But more depressing than the SNP or the Liberal Democrats, are the hundreds of thousands of people who marched in London demanding (their words) of our MPs that they should: ‘Put it to the people’.  ‘It’ presumably being whatever Withdrawal Agreement Parliament finally accepts.

But the conditions for a vote to be truly democratic are hardly subtle. First, we must be prepared to accept the result, however much we may dislike it. Tony Blair and Michael Heseltine seem to believe that their certainty that Brexit would inflict major damage on our economy should trump (if you’ll forgive the word) democracy. That forecast might be, like so many Brexit forecasts have been, wrong.

I think that the election of Jeremy Corbyn as our next prime minister would profoundly damage our economy. But I shall not be marching down Whitehall demanding a second general election, however much I feel my children’s futures are at risk, if the veteran Marxist limps into Number 10.

Another reason advanced for a second referendum, proclaimed in the Whitehall marchers’ placards, was that lies had been told by the Brexiteers. The red bus with its slogan of Brexit meaning £350 a week extra for the NHS still haunts Remainer nightmares.

But it would be an odd election is no lies or, if we’re more charitable, misrepresentations and gross exaggerations, were not part of the political cut-and-thrust. In a truly democratic process, the media and politicians can expose the mendacity of the parties and their opponents. I seem to remember that during the referendum campaign the red bus was the subject of a number of critical reports in the media and was frequently attacked by politicians and commentators.

In the general election the Conservatives have announced 50,000 new nurses for the NHS, but it appears that this includes 19,000 who will be ‘retained’, a rather optimistic assumption. As for the Labour Party, even the BBC reported that claiming the secret papers setting out Tory plans to put the NHS ‘up for sale’ in trade talks was a big step away from the reality. These preliminary talks by officials showed no more than that the US wanted NHS healthcare, including drug patents, on the table, with no evidence that the government had agreed to this.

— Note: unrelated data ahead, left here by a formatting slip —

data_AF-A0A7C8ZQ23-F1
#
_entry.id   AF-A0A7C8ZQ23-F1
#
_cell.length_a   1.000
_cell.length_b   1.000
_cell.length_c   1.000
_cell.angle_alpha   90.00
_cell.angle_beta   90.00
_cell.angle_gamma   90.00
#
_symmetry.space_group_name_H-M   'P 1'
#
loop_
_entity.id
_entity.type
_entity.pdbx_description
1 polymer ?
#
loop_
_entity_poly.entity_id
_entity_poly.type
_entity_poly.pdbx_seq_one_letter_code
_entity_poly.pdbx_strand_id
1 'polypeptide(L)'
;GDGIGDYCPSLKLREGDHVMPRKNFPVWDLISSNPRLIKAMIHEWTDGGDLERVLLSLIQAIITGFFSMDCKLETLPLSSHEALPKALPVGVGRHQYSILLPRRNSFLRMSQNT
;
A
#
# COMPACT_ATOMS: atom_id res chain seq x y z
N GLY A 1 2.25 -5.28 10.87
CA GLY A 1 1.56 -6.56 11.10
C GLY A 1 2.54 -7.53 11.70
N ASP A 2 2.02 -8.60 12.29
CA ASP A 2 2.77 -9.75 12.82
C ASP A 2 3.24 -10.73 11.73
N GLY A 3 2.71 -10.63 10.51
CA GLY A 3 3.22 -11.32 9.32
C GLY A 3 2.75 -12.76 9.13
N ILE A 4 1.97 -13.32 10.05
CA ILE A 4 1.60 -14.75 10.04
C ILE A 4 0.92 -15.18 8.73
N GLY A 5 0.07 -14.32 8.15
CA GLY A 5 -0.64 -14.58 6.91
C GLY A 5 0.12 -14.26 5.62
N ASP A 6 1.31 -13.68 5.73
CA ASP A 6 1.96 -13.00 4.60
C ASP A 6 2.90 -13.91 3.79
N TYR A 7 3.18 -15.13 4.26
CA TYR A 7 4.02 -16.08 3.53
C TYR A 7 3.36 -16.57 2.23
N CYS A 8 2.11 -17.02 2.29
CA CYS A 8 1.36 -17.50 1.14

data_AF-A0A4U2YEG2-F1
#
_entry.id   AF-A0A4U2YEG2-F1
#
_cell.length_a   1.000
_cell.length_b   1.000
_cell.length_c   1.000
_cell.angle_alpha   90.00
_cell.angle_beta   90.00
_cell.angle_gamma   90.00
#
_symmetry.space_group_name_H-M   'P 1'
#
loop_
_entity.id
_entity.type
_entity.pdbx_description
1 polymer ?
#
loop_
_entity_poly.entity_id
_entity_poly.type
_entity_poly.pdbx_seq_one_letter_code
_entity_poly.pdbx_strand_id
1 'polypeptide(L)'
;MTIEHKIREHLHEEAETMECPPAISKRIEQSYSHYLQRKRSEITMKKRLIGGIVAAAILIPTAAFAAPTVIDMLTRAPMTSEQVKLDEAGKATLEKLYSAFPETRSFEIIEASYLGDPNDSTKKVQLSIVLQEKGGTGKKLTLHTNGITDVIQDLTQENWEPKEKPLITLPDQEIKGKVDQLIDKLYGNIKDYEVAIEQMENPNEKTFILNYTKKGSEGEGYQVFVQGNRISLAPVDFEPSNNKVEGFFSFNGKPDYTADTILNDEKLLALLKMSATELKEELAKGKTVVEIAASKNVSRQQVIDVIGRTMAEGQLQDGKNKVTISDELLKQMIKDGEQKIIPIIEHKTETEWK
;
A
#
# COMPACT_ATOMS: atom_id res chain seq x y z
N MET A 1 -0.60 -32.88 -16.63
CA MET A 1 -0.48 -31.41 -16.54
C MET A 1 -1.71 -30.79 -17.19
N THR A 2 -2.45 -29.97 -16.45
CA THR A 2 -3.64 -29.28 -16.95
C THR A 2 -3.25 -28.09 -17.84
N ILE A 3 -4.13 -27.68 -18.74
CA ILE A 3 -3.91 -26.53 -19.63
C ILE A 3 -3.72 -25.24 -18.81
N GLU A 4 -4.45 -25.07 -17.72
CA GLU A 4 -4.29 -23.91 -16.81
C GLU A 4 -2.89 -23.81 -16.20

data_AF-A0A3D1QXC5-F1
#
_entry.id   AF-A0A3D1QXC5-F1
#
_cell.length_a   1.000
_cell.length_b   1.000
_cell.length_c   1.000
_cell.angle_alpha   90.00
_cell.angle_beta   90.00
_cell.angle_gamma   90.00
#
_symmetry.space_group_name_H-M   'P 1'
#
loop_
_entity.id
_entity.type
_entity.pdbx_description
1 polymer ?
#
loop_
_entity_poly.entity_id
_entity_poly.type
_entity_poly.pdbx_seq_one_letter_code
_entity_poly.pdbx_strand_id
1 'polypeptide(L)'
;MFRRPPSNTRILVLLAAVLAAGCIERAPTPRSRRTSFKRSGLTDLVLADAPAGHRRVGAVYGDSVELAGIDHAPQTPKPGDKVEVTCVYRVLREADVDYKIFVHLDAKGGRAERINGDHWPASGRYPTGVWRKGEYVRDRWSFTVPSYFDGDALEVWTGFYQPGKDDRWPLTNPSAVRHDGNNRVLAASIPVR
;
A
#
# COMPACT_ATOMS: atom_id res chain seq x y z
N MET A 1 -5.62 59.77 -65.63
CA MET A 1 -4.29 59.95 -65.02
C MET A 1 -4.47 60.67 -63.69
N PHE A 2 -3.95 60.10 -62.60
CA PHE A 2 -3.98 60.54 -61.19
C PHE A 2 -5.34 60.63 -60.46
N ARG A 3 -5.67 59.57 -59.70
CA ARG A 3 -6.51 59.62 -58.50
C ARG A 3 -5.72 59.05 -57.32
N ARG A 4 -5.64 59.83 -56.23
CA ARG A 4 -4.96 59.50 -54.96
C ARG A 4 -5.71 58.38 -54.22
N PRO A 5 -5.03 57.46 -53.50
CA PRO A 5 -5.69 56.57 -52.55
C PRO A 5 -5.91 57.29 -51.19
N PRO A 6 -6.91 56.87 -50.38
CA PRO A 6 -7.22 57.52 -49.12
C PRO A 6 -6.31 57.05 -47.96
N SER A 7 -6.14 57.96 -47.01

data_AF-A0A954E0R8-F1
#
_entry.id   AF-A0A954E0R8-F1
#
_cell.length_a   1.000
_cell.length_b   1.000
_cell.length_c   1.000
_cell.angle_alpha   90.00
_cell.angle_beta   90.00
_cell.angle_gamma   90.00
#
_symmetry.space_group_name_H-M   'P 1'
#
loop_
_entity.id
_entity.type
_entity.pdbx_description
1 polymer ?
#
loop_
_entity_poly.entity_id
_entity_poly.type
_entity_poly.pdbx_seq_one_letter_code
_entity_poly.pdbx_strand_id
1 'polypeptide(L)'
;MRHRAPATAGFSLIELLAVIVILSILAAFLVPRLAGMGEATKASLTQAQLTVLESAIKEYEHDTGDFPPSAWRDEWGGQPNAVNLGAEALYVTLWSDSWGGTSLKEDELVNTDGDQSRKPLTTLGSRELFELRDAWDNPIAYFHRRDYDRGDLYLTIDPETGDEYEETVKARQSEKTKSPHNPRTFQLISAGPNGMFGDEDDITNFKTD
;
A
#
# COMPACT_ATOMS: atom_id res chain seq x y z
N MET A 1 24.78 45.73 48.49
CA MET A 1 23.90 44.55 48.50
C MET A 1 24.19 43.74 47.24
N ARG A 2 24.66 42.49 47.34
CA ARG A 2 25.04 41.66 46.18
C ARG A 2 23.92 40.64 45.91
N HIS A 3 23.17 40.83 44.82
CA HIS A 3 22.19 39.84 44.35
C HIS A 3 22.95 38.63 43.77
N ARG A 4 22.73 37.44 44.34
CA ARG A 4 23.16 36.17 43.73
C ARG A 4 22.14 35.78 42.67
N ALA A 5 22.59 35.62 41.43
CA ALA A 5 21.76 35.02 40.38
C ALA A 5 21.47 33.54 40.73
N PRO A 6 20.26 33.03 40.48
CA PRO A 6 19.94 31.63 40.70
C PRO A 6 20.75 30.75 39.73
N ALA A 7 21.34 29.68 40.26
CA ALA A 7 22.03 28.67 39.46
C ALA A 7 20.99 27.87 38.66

You might expect me to say that Jeremy Corbyn was lying when he denies he’s antisemitic. Here I must digress and defend the Labour leader. Sort-of.

You could say that Mr Corbyn was born to campaign. For him, fighting racism is all about going on protest marches, taking part in demonstrations and speaking to audiences in draughty village halls. Things he’s been doing for most of his adult life.

With this record, he struggles to see the relevance of the company he keeps or the people he calls ‘friends’.

What’s more, he believes that racism is the product of a ruthless capitalist system which oppresses minorities and the poor. It’s virtually impossible for those of his persuasion to be racist since they favour an economic and political system which transcends borders, races and creeds.